Swearing in Your Personal Representative in Probate

When you create a will, you will have to name personal representatives. These representatives will be in charge of you estate after you pass on, and will be in charge of the distribution and management of your properties. If you do not designate your own personal representative, then the court will have to do this for you. Typically, the courts will designate your personal representative if you die without a will or if you have a will but didn't specify who your personal representative should be. Also, if the person that you selected died for some reason and can't serve and you didn't bring in someone to replace your original choice, then the court will need to appoint a personal representative for you.

Most of the time, the court will not contest your choice for personal representative unless the individual has fallen into mental incapacitation and can no longer make reliable or trusted decisions. Most often, personal representatives are relatives. If you die without appointing a personal representative, the court will allow a family member to petition to be the court-appointed representative. Normally, spouses or adult children can petition for this job. Regardless of who is selected to take on the job, the court will give your personal representative the official right to settle and work through all situations regarding finances and the distribution of properties according to the will.

The court will give your personal representative a document called the Letters of Administration that will officially declare that person the sole personal representative for the estate. Sometimes these documents are also called the Letters Testamentary. The personal representatives that are named in your will or chosen by the court will need to be formally appointed before officially entering into office. This means that until the appointment takes place, your personal representative cannot take action. The personal representative will be required to take an oath of office and will then receive the official documents showing status.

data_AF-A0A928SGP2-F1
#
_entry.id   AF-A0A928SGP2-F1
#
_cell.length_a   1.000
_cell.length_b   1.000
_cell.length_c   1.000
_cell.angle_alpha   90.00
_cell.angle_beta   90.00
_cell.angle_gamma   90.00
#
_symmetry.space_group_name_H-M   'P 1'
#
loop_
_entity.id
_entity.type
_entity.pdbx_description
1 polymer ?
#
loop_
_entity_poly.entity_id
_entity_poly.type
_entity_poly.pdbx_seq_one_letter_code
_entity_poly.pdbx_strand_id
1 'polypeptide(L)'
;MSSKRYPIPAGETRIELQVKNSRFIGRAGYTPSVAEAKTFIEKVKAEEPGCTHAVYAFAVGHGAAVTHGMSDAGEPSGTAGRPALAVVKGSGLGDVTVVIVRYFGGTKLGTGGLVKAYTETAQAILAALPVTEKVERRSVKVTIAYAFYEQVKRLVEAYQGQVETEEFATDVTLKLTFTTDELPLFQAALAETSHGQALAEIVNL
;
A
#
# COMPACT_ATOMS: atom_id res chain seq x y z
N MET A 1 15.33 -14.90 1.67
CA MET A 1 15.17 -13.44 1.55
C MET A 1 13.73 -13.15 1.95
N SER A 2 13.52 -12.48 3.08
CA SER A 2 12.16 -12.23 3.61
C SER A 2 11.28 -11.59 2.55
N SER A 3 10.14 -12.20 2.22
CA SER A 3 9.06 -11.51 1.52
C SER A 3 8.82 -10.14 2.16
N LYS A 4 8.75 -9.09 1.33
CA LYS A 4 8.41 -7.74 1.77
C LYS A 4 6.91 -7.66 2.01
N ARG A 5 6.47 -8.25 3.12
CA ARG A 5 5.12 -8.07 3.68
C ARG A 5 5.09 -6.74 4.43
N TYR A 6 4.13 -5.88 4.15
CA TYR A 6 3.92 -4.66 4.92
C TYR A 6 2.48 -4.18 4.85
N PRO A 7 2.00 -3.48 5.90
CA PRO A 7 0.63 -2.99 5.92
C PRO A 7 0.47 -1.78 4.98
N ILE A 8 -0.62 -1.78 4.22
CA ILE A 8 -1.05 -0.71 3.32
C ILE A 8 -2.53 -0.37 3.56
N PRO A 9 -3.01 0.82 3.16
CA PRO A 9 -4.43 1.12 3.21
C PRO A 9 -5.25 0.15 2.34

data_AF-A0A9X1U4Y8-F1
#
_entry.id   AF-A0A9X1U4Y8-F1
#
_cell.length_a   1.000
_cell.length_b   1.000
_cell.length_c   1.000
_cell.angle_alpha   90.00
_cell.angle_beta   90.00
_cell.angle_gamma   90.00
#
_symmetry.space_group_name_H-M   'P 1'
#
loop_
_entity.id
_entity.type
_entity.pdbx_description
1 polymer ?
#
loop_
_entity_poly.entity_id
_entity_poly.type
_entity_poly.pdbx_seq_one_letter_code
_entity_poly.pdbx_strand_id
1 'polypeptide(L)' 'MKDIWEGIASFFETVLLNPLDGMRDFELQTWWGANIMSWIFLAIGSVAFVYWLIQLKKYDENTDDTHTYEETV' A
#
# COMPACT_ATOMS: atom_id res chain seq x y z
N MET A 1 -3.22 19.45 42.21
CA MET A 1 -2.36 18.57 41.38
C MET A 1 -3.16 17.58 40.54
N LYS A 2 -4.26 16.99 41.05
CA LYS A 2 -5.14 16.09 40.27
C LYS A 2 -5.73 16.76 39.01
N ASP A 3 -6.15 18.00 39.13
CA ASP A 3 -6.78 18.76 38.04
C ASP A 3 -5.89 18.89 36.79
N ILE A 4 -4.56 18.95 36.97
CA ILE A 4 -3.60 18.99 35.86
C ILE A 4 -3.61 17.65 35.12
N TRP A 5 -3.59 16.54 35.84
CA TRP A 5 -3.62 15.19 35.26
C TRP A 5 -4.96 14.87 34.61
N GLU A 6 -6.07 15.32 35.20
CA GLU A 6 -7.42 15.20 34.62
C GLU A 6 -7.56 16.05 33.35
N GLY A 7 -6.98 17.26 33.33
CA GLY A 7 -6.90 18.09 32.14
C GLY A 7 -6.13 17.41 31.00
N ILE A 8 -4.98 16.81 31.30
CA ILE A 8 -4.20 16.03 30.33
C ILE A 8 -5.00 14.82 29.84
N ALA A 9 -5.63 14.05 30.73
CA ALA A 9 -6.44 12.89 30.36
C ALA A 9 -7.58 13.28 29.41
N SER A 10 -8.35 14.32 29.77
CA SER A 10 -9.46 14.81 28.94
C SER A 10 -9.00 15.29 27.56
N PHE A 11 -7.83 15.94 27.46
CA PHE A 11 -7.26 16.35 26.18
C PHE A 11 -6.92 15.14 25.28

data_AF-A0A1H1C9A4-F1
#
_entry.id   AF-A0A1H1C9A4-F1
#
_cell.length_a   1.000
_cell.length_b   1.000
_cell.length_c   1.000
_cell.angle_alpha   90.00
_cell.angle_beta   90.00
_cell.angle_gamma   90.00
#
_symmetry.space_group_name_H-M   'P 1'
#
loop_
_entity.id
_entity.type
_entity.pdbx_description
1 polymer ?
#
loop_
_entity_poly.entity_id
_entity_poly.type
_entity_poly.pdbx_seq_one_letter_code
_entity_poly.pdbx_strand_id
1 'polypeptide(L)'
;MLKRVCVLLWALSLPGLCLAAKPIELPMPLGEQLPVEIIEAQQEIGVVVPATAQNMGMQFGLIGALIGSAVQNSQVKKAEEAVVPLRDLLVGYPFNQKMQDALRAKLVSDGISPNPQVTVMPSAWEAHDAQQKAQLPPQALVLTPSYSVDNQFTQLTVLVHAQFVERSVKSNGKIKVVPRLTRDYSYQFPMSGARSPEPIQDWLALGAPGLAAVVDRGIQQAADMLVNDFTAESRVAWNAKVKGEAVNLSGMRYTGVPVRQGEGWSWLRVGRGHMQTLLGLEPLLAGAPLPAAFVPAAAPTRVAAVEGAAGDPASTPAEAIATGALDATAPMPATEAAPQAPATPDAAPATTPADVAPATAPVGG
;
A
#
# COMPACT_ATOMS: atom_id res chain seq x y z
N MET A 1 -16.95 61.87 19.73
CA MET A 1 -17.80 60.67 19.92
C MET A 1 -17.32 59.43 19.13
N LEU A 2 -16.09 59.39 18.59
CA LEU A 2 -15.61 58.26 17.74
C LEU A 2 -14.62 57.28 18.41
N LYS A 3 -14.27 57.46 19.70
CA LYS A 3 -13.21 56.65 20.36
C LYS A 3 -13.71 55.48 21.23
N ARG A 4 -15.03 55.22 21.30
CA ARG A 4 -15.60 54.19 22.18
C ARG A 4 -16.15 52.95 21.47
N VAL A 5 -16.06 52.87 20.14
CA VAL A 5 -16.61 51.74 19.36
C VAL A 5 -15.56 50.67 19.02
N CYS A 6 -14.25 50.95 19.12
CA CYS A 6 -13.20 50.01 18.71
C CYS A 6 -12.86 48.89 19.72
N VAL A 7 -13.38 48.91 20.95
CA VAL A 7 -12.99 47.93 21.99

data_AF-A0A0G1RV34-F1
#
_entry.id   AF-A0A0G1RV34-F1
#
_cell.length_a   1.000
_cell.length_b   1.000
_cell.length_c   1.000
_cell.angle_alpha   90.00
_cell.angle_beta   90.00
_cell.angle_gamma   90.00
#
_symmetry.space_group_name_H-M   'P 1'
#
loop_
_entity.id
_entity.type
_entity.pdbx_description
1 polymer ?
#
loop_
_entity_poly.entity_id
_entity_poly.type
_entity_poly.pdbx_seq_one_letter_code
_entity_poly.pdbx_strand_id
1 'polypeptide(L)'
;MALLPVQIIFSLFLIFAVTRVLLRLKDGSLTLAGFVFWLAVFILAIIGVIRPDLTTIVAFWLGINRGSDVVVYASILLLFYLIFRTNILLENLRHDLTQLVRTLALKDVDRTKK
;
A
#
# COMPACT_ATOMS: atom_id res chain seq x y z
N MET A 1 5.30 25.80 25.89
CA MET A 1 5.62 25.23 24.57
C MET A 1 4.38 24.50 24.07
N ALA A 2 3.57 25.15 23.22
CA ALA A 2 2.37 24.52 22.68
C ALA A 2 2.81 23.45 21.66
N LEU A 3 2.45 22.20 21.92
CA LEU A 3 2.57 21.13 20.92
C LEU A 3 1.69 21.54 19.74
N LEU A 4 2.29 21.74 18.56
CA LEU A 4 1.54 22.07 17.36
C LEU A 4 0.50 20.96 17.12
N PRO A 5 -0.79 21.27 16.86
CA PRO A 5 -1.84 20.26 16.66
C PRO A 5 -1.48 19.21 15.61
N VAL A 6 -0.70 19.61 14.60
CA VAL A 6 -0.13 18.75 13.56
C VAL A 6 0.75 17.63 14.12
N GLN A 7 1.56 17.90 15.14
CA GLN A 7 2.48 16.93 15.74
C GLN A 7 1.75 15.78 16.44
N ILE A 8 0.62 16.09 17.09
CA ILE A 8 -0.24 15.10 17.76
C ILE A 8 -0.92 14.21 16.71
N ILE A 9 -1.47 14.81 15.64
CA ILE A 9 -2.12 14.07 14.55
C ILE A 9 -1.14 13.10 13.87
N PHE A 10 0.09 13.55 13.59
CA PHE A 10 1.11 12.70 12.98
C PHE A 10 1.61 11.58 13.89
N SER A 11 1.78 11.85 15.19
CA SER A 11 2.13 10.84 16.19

Your personal representative will need to file a document called the Petition of Probate of Will and Appointment of Personal Representative with the probate court. This is the petition that starts the probate process. If you have a will, the court will issue an order admitting your will to probate. The court will then acknowledge the will's validity at this time and you can start going about executing the will.

The personal representative will have many jobs associated with his or her position, and the commitment is both weighty and time-consuming. If a personal representative becomes incapacitated or ill, it may be best to have a back-up designated in your will just in case. The personal representative will need ot manage finances, make sure debts are repaid, distribute financial and property assets to beneficiaries as required in the will, sell any properties that are supposed to be divided for monetary value, contact all affected parties to notify them of the individual's death, get property appraised as needed and more.

If you want more information about personal representatives or if you are a personal representative and don't know how to handle your new responsibilities, then you need to talk with a lawyer or estate planning professional today. Probate.com provides listings of professional and reliable estate planning attorneys and probate assistants. The probate process can be difficult, as personal representatives are often emotional about their loved one's passing. Having individuals there to guide you through the process can be an absolute lifesaver during the days ahead. Use Probate.com to locate individuals that can handle all your needs!